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My gearHere's a list of my basic camera gear:
- Nikon D700 DSLR
- Nikon D600 DSLR
- Nikon 70-200 f2.8 VRII zoom lens
- Nikon 60mm f2.8 macro lens
- Nikon 16-35 f4 VR zoom lens
- Nikon 16mm f2.8 fisheye lens
- 2-Nikon SB-800 strobes
Category Archives: Religious photojournalism
April 2 marked the sixth anniversary of Pope John Paul II’s death. While working at the Catholic Herald in Milwaukee, I attended several prayer services held in observance of John Paul’s passing.
Hours after Pope John Paul II passed away, Archbishop Timothy M. Dolan spoke to the media about the life and legacy of Pope John Paul II. The press conference was held on the steps of the Cathedral of St. John the Evangelist.
Earlier in the day a noon prayer service was held at St. Anthony Church, Milwaukee. Pope John Paul’s picture was placed on a side altar next to a single candle, where mourners came forward to kneel and pray.
On May 1, the beatification of Pope John Paul II will take place at St. Peter’s Basilica. Beatification is the third of the four steps in the canonization process and the late pope will be referred to as blessed.
Arturo Mari might not be a household name, but to photographers in Rome and in the religious press the name is very recognizable. Think Ansel Adams. Annie Leibovitz. Mari was Pope John Paul II’s personal photographer and was at the pope’s side almost every day. The images Mari captured for one-quarter of a century helped to frame an enduring legacy of John Paul’s pontificate.
As a photographer in the religious press, Arturo Mari has long been one of my heroes. I always enjoyed watching special liturgies from the Vatican on television and trying to spot Mari in the background, always dressed in a suit and tie and quietly going about his work. He was the pro’s pro. And he was a Nikonian.
Mari was interviewed by Avvenire, an Italian Catholic newspaper, in 2007, and described a visit to Argentina in 1982 with Pope John Paul. “I left Rome with 600 rolls (of film) — there weren’t digital cameras then — and, once there, the nuncio had to go out and buy another 200.” This story was retold by Catholic News Service when Mari announced his retirement. Read the entire story here.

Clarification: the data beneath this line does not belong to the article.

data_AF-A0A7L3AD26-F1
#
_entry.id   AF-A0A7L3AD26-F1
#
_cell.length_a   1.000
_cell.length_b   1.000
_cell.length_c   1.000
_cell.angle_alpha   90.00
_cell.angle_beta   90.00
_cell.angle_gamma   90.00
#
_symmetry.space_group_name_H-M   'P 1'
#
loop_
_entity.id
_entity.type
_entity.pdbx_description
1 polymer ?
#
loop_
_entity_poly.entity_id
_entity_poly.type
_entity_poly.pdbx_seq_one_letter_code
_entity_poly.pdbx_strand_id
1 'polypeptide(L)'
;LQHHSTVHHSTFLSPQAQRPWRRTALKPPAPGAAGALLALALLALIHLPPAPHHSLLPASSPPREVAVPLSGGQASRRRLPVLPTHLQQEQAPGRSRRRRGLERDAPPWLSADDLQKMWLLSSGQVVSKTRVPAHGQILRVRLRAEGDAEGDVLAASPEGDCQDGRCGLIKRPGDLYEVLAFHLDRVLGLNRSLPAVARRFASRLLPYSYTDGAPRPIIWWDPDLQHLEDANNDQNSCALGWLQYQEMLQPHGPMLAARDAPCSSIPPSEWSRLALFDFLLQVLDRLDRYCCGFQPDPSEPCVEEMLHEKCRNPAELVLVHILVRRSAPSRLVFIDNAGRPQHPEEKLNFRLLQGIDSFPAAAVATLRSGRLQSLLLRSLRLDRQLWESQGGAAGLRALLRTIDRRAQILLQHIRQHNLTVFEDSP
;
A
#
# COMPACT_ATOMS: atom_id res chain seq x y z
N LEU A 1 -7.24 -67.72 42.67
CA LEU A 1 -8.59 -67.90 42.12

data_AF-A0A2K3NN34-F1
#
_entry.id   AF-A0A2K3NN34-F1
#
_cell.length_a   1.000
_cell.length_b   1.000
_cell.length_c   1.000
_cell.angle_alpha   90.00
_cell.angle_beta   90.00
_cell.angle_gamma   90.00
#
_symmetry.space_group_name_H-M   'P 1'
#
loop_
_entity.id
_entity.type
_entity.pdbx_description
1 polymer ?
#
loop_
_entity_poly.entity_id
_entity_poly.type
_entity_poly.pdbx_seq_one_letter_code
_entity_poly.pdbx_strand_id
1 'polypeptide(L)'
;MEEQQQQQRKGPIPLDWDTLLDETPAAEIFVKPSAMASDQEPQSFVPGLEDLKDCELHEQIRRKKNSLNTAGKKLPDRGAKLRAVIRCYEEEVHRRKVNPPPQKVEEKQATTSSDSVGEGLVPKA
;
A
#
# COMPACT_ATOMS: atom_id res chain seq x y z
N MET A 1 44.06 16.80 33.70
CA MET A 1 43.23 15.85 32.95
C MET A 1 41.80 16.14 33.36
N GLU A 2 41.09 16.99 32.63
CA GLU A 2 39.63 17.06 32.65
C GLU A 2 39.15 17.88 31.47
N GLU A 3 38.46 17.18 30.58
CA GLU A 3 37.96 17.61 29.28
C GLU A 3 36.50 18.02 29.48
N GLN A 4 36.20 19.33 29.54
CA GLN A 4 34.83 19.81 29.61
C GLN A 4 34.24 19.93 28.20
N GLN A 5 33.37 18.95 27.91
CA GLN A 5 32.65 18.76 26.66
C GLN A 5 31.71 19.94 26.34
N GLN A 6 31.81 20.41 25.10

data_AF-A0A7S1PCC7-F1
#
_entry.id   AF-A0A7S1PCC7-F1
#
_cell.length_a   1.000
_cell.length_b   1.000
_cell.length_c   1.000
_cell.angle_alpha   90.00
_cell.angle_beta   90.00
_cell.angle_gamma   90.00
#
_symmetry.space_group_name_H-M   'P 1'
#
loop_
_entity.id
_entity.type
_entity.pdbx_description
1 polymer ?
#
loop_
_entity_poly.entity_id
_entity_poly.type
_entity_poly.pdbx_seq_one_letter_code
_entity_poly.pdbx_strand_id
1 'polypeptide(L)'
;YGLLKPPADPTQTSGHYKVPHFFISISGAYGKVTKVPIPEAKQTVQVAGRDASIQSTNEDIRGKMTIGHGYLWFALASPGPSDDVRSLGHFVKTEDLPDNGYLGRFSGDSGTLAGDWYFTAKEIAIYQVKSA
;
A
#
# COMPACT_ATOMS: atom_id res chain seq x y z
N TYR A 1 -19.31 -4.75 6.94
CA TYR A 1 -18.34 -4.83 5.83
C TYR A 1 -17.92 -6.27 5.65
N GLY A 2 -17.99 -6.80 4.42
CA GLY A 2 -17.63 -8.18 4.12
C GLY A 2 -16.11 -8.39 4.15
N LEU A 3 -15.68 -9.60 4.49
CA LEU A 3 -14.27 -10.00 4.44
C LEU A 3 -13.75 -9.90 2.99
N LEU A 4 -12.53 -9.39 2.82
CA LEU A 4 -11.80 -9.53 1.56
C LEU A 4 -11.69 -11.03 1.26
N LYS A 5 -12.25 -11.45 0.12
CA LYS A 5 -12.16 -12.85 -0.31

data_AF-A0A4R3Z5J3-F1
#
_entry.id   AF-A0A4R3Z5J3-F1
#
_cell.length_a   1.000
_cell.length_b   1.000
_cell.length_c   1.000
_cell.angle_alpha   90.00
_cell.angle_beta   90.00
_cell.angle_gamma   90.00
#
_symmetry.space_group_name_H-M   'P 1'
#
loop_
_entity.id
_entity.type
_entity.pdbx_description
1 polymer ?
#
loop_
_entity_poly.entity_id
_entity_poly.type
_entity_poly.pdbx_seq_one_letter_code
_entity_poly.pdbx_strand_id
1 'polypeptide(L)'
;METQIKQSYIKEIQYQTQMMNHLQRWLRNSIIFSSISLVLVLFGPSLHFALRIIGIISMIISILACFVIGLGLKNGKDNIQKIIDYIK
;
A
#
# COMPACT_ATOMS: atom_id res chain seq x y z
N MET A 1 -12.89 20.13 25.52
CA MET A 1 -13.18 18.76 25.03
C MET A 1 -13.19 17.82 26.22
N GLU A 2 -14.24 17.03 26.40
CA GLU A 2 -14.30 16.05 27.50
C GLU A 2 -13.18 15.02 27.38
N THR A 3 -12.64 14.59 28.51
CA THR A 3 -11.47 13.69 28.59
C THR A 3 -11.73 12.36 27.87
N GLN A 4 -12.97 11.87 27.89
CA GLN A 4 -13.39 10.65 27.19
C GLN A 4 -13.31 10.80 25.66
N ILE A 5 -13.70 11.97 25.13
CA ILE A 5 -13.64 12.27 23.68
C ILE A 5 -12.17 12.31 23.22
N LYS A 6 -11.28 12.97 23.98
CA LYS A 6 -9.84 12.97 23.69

Here is a video profile on Arturo Mari produced by Rome Reports TV News Agency. It’s really amazing that Mari, who retired as the Vatican’s official photographer in 2007, spent 51 years capturing images for the L’Osservatore Romano, the Vatican newspaper.
For Christians, the liturgical season of Lent is a time to remember the final hours of Jesus’ life on earth. We call it Christ’s Passion. All around the country, Catholic youth take part in Passion plays staged at schools and churches during Lent. It’s an opportunity for children to experience through music and drama the sacrifices that their savior, Jesus Christ, made for them.
Posted here are photos of Passion plays staged around Wisconsin.
Here is a YouTube video I created from a Passion play in 2009 featuring children from Eden, Wis. Check out other videos on my YouTube channel.
As I was reviewing archive photos that are stored on my Photoshelter page, a theme developed in photos taken of Archbishop Timothy Dolan. Now archbishop of New York, he served in Milwaukee from 2002 to 2008. I worked at the Milwaukee Catholic Herald from 2001 to 2007 and one of my duties was serving as staff photographer.
I spent a lot of time photographing Archbishop Dolan on his travels to parishes, schools and other locations across the 10-county archdiocese. In nearly every pastoral visit, it was an occasion for Archbishop Dolan to crack a joke and share a laugh, or to find something to eat. Oftentimes it was both.
I thought I would post some of the photos from my archives of Archbishop Dolan that involved food or humor. Let me know what you think.
One of my photo hobbies is shooting stained glass windows. Since most of my photo assignments take place inside churches I usually come across a lot of stained glass windows. From Superior to Racine and Kenosha, I’ve captured some beautiful stained glass images around Wisconsin.
There are generally two types of stained glass windows: the traditional glass that uses lead to hold the pieces together and faceted glass, which uses thick slabs of colored glass and faceted edges. The glass is held in place using a cement mixture.
One of the biggest selection of faceted stained glass windows exists at Allouez Catholic Cemetery in Green Bay. Here’s a link to a story I wrote on the windows last year.
Here are a few photos from my collection of stained glass windows. These were taken at St. Therese Church in Appleton.
In late April I will travel to Italy as part of a pilgrimage sponsored by The Compass. The trip will feature stops in Rome, Venice, Assisi and Florence. If that wasn’t enough to make a photographer shutter, er, shudder, we recently discovered that on the day of our arrival in Rome, May 1, Pope Benedict XVI will oversee the beatification of his predecessor, Pope John Paul II.
So it looks like my plans to spend a quiet day photographing the interior of St. Peter’s Basilica on May 1 or 2 have been interrupted. But like any other photo assignment, you go with the flow and make the most of it. Anyway, it should be a pretty exciting time at the Vatican come May.
Here are a couple of photos from a previous trip to Rome in 2002.